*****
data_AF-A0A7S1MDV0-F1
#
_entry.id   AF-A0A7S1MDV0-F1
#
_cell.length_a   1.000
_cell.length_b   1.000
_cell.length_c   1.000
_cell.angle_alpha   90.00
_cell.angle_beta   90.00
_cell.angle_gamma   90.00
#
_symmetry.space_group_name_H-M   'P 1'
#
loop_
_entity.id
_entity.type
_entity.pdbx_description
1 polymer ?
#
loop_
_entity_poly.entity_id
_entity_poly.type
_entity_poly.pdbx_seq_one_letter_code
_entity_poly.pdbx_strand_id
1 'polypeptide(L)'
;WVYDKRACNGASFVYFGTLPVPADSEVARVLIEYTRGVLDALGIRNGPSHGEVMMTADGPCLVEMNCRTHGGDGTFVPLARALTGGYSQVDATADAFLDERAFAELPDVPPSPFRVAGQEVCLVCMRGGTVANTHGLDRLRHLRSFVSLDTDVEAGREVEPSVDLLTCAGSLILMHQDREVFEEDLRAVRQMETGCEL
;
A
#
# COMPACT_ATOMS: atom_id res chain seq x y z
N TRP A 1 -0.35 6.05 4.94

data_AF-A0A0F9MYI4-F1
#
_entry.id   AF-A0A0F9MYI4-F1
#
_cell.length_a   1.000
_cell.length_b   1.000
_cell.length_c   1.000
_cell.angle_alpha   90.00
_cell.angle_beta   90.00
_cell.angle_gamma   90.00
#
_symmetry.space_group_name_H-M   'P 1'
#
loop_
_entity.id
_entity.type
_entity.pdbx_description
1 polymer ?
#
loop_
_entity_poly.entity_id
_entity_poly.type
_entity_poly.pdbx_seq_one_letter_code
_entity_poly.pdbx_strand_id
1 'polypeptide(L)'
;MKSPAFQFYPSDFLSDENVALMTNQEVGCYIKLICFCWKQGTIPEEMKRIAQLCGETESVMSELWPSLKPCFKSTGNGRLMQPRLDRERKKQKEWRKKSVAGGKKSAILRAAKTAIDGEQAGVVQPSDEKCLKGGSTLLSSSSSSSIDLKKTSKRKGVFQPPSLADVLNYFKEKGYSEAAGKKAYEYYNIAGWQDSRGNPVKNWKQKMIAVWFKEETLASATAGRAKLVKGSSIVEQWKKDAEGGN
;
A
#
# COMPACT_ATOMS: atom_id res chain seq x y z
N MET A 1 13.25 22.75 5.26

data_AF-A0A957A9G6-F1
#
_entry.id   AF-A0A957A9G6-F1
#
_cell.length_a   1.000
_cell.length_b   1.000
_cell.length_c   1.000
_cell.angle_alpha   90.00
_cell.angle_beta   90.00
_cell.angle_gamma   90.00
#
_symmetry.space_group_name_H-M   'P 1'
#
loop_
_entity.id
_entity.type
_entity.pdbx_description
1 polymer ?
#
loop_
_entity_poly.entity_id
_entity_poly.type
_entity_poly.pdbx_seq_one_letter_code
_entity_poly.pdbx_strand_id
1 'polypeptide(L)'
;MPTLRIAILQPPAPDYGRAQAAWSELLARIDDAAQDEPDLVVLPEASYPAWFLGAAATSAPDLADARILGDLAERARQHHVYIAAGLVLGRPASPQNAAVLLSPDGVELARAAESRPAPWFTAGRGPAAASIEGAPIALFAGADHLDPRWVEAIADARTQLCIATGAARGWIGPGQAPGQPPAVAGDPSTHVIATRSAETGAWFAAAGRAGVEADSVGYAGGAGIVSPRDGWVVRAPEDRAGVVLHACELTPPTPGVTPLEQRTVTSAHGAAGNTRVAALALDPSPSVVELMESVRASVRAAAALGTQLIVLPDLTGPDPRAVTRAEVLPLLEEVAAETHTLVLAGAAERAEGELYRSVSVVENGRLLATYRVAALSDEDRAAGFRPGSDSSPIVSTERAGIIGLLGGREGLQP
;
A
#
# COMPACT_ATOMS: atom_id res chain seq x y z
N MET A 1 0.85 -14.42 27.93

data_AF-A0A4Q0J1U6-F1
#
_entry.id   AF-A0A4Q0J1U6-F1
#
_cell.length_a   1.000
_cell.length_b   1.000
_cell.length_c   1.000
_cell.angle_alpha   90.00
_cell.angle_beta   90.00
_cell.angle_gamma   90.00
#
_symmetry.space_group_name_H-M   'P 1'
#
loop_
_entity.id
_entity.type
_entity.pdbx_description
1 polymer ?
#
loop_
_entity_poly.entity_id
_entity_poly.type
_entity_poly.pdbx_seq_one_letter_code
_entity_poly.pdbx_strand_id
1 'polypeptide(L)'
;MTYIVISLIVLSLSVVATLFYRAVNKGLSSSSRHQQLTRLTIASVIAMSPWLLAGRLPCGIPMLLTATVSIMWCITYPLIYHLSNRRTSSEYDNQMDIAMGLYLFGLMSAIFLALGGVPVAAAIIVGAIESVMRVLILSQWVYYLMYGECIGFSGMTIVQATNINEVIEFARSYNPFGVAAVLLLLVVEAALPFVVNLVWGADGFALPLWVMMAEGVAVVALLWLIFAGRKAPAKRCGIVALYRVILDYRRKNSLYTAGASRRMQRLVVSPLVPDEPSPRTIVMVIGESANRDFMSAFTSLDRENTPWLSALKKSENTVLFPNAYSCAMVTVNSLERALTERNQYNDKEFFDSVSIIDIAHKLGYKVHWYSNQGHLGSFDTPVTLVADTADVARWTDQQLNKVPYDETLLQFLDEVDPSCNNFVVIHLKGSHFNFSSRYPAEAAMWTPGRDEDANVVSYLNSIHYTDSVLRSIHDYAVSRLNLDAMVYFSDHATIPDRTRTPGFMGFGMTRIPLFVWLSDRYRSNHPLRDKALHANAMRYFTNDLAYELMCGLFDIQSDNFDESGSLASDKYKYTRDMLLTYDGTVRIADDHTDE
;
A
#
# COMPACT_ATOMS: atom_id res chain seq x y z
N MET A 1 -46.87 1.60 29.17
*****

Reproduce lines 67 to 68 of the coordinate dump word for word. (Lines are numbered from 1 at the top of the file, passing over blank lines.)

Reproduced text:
_cell.length_a   1.000
_cell.length_b   1.000